• Capture — A single successful subexpression capture.
  • char — A single UTF-8 character.
  • Char — Same as char.
  • Collection<> — A generic collection.
  • Color — Describes a color in terms of alpha, red, green, and blue channels.
  • Colors — A set of predefined colors such as CornFlowerBlue.
  • Convert — Converts a base data type to another base data type.
  • CultureInfo — Information about a specific culture, including the names for the culture, the writing system, the calendar used, the sort order of strings, and formatting for dates and numbers.
  • DateTime — A date and time value.
  • DateTimeKind — Specifies whether a DateTime object represents a local, UTC or unknown time.
  • DateTimeOffset — A point in time, typically expressed as a date and time of day, relative to UTC.
  • DayOfWeek — Specifies the day of the week.
  • decimal — A fixed-precision decimal value.
  • Decimal — Same as decimal.
  • Dictionary<,> — A collection of keys and values.
  • double — A double precision floating-point value.
  • Double — Same as double.
  • Enum — The base class for enumerations.
  • Exception — Errors that occur during application execution.
  • float — A single precision floating-point value (faster but less accurate).
  • Group — The results from a single capturing group.
  • Guid — Represents a globally unique identifier.
  • IConvertible — Defines methods that convert the value of the implementing reference or value type to a common language runtime type that has an equivalent value.
  • ICollection<> — Defines size, enumarators, and synchronization methods for all generic collections.
  • IDictionary<> — A generic collection of key/value pairs.
  • IEnumerable<> — Many collection types implement this interface, which provides various helpful extension methods.
  • int — A 32-bit signed integer.
  • Int16 — A 16-bit signed integer.
  • Int32 — A 32-bit signed integer.
  • Int64 — A 64-bit signed integer.
  • IList<> — A generic collection of objects that can be individually accessed by index.
  • IReadOnlyCollection<> — A strongly-typed, read-only collection of elements.
  • IReadOnlyDictionary<> — A generic read-only collection of key/value pairs.
  • IReadOnlyList<> — A read-only collection of elements that can be accessed by index.
  • KeyValuePair<,> — A key/value pair that can be set or retrieved.
  • List<> — A list of objects that can be accessed by index.
  • long — A 64-bit integer value.
  • Match — Represents the results from a single regular expression match.
  • Math — Provides constants and static methods for common mathematical functions.
  • MidpointRounding — Specifies the strategy that mathematical rounding methods should use to round a number.
  • object — The base class of all .NET class hierarchies.
  • Object — Same as object.
  • Point — an x- and y-coordinate pair in two-dimensional space.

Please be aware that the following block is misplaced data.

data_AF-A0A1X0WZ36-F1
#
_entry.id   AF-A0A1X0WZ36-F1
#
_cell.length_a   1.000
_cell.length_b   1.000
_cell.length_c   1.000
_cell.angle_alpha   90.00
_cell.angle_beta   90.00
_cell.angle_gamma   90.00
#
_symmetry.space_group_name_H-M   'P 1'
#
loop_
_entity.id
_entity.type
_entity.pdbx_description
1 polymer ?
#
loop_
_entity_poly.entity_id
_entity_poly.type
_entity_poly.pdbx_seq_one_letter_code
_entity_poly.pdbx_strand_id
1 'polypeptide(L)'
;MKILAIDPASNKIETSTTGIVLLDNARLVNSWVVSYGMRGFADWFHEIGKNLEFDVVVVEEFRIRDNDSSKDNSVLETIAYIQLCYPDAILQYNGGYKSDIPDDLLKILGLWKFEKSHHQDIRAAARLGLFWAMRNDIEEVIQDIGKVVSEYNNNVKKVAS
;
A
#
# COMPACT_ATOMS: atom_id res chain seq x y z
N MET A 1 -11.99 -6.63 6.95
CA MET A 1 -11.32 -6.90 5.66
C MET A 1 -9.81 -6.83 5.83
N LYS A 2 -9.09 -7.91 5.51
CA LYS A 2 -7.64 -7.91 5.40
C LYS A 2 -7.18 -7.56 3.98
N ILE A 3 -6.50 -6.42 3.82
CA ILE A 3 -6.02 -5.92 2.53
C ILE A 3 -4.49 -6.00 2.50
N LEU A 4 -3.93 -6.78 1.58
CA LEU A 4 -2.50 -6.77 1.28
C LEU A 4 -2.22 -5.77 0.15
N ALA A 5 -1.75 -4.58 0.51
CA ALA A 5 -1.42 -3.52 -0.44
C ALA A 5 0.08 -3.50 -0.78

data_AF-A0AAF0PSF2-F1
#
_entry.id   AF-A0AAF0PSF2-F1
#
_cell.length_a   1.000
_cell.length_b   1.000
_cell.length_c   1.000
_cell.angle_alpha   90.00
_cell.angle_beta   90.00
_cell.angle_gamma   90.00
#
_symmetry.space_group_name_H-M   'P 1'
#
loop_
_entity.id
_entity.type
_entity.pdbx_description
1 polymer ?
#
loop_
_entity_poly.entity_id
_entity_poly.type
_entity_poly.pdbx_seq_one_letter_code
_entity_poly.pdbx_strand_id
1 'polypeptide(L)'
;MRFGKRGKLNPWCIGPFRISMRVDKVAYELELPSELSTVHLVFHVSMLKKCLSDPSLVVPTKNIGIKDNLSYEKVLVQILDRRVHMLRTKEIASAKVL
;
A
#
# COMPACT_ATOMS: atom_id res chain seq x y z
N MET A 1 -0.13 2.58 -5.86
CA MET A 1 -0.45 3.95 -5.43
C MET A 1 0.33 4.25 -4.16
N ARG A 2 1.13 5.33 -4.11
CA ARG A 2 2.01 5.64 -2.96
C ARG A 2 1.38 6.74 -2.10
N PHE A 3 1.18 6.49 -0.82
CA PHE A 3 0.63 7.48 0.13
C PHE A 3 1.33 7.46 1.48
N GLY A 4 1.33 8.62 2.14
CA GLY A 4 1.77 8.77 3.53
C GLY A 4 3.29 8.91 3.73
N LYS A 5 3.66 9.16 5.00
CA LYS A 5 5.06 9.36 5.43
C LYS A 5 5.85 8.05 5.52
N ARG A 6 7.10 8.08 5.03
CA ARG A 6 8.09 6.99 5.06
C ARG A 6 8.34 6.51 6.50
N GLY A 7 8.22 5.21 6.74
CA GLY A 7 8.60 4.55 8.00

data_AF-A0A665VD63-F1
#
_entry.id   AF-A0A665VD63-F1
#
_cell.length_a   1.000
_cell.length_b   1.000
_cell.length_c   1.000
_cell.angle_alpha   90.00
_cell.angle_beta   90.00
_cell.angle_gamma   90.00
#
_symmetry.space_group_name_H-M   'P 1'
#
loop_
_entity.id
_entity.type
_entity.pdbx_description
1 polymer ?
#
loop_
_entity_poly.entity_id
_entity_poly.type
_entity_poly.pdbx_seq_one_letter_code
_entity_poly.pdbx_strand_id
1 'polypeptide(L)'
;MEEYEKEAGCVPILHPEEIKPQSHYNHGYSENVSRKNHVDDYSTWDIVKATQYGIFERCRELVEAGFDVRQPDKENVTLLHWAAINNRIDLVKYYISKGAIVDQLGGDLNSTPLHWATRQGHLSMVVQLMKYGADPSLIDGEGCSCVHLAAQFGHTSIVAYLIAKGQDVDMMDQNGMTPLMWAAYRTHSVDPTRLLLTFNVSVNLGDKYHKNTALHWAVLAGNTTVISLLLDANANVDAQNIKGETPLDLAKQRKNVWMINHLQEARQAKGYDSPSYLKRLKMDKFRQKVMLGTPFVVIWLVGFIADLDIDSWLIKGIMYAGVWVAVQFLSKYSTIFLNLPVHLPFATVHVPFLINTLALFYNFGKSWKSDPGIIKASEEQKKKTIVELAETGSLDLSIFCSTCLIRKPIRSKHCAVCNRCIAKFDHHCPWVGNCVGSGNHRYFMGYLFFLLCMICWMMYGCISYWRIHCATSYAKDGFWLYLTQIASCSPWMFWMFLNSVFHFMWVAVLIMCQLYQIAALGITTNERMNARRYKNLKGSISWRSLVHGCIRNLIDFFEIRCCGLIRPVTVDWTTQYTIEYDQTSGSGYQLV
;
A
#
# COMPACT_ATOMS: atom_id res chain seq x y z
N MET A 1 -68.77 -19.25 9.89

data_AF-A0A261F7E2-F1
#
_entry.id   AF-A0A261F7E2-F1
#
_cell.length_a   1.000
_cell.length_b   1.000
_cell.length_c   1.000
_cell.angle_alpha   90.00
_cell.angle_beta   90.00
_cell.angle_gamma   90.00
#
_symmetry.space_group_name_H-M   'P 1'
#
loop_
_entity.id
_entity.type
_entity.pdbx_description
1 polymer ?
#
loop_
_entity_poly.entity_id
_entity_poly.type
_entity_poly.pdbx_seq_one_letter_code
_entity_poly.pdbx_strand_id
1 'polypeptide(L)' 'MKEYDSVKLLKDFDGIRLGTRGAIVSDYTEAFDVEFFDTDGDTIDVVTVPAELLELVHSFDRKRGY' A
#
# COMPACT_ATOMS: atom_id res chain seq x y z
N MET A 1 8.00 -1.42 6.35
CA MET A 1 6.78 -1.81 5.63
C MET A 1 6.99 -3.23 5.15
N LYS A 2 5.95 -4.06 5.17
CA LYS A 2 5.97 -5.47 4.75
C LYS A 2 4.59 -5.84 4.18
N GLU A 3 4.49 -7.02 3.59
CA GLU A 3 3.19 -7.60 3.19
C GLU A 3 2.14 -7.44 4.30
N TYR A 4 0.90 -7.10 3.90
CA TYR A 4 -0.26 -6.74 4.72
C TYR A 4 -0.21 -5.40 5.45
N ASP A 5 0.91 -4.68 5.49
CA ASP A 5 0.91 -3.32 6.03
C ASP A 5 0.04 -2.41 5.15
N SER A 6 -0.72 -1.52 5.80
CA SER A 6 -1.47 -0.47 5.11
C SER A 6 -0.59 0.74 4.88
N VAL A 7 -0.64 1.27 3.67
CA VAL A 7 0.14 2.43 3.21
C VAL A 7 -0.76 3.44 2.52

• Random — A pseudo-random number generator.
  • Regex — An immutable regular expression.
  • RegexOptions — Enumerated values to use to set regular expression options.
  • sbyte — An 8-bit signed integer.
  • SByte — Same as sbyte.
  • short — A 16-bit signed integer.
  • Single — A single-precision floating-point number.
  • string — A character string.
  • String — Same as string.
  • StringComparison — The culture, case, and sort rules to be used by certain overloads of the String.Compare and String.Equals methods.
  • StringSplitOptions — Whether applicable String.Split method overloads include or omit empty substrings from the return value.
  • TimeSpan — Represents a time interval.
  • TimeZoneInfo — The time zone in the world.
  • uint — A 32-bit signed integer.
  • UInt16 — A 16-bit unsigned integer.
  • UInt32 — A 32-bit unsigned integer.
  • UInt64 — A 64-bit unsigned integer.
  • ulong — A 64-bit unsigned integer.
  • Uri — An object representation of a uniform resource identifier (URI) and easy access to the parts of the URI.
  • UriBuilder — Provides a custom constructor for uniform resource identifiers (URIs) and modifies URIs for the Uri class.
  • UriComponents — Specifies the parts of a Uri.
  • UriFormat — Controls how URI information is escaped.
  • UriHostNameType — Defines the types of host names that can be specified in a URI.
  • UriKind — Defines the different kinds of URIs.
  • UriPartial — Defines which parts of a URI to get in certain methods.
  • ushort — A 16-bit unsigned integer.

You can create new objects using the new keyword for any classes that have been registered with the DundasScript engine.

2.6. Dundas classes

If you need information about the current user's session at the time the script is executing, you can access the variable session.

  • session (type: Session) — Represents the current logon session when the script runs.

3. Debugging

To see live values and help with fixing issues with script, you can use the statement #TRACE in your script to pass a value to be entered in the application logs.

For more details, see Using TRACE statements.

4. See also

Dundas Data Visualization, Inc.
400-15 Gervais Drive
Toronto, ON, Canada
M3C 1Y8

North America: 1.800.463.1492
International: 1.416.467.5100

Dundas Support Hours:
Phone: 9am-6pm, ET, Mon-Fri
Email: 7am-6pm, ET, Mon-Fri